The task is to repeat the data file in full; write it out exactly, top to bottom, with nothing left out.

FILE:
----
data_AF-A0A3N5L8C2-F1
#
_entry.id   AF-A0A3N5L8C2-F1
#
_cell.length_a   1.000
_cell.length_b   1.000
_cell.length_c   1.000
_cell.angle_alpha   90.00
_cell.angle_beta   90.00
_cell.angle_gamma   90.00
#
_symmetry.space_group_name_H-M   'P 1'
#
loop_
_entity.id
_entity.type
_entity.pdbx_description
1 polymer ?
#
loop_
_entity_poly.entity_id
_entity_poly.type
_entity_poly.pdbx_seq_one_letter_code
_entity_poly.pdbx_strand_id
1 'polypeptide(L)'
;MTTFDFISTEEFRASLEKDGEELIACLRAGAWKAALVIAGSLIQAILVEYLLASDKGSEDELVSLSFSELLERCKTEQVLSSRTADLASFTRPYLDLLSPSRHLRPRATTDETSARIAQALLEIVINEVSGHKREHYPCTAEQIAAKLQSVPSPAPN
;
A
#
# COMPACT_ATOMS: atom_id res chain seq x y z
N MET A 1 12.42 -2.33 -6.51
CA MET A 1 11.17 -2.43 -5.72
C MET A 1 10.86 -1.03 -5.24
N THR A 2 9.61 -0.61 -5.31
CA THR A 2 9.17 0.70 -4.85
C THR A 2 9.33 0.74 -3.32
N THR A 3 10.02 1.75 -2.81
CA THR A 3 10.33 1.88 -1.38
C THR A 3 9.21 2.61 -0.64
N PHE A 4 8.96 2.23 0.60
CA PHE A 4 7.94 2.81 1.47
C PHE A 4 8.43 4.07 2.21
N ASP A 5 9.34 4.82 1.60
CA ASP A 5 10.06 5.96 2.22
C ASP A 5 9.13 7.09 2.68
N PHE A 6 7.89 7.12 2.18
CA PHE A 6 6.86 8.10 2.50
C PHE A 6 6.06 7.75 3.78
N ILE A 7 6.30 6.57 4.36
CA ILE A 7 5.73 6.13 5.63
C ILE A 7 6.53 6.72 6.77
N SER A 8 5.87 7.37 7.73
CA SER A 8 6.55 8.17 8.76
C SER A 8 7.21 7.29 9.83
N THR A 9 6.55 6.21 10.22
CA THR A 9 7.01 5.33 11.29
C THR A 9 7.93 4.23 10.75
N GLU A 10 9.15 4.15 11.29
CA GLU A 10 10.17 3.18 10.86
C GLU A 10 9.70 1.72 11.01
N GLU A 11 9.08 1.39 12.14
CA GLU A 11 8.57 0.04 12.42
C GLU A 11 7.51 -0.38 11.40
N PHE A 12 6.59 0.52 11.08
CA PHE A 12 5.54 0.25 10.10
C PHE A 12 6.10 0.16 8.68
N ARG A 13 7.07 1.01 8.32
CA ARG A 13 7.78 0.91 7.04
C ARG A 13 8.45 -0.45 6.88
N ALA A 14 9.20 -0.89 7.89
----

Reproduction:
data_AF-A0A3N5L8C2-F1
#
_entry.id   AF-A0A3N5L8C2-F1
#
_cell.length_a   1.000
_cell.length_b   1.000
_cell.length_c   1.000
_cell.angle_alpha   90.00
_cell.angle_beta   90.00
_cell.angle_gamma   90.00
#
_symmetry.space_group_name_H-M   'P 1'
#
loop_
_entity.id
_entity.type
_entity.pdbx_description
1 polymer ?
#
loop_
_entity_poly.entity_id
_entity_poly.type
_entity_poly.pdbx_seq_one_letter_code
_entity_poly.pdbx_strand_id
1 'polypeptide(L)'
;MTTFDFISTEEFRASLEKDGEELIACLRAGAWKAALVIAGSLIQAILVEYLLASDKGSEDELVSLSFSELLERCKTEQVLSSRTADLASFTRPYLDLLSPSRHLRPRATTDETSARIAQALLEIVINEVSGHKREHYPCTAEQIAAKLQSVPSPAPN
;
A
#
# COMPACT_ATOMS: atom_id res chain seq x y z
N MET A 1 12.42 -2.33 -6.51
CA MET A 1 11.17 -2.43 -5.72
C MET A 1 10.86 -1.03 -5.24
N THR A 2 9.61 -0.61 -5.31
CA THR A 2 9.17 0.70 -4.85
C THR A 2 9.33 0.74 -3.32
N THR A 3 10.02 1.75 -2.81
CA THR A 3 10.33 1.88 -1.38
C THR A 3 9.21 2.61 -0.64
N PHE A 4 8.96 2.23 0.60
CA PHE A 4 7.94 2.81 1.47
C PHE A 4 8.43 4.07 2.21
N ASP A 5 9.34 4.82 1.60
CA ASP A 5 10.06 5.96 2.22
C ASP A 5 9.13 7.09 2.68
N PHE A 6 7.89 7.12 2.18
CA PHE A 6 6.86 8.10 2.50
C PHE A 6 6.06 7.75 3.78
N ILE A 7 6.30 6.57 4.36
CA ILE A 7 5.73 6.13 5.63
C ILE A 7 6.53 6.72 6.77
N SER A 8 5.87 7.37 7.73
CA SER A 8 6.55 8.17 8.76
C SER A 8 7.21 7.29 9.83
N THR A 9 6.55 6.21 10.22
CA THR A 9 7.01 5.33 11.29
C THR A 9 7.93 4.23 10.75
N GLU A 10 9.15 4.15 11.29
CA GLU A 10 10.17 3.18 10.86
C GLU A 10 9.70 1.72 11.01
N GLU A 11 9.08 1.39 12.14
CA GLU A 11 8.57 0.04 12.42
C GLU A 11 7.51 -0.38 11.40
N PHE A 12 6.59 0.52 11.08
CA PHE A 12 5.54 0.25 10.10
C PHE A 12 6.10 0.16 8.68
N ARG A 13 7.07 1.01 8.32
CA ARG A 13 7.78 0.91 7.04
C ARG A 13 8.45 -0.45 6.88
N ALA A 14 9.20 -0.89 7.89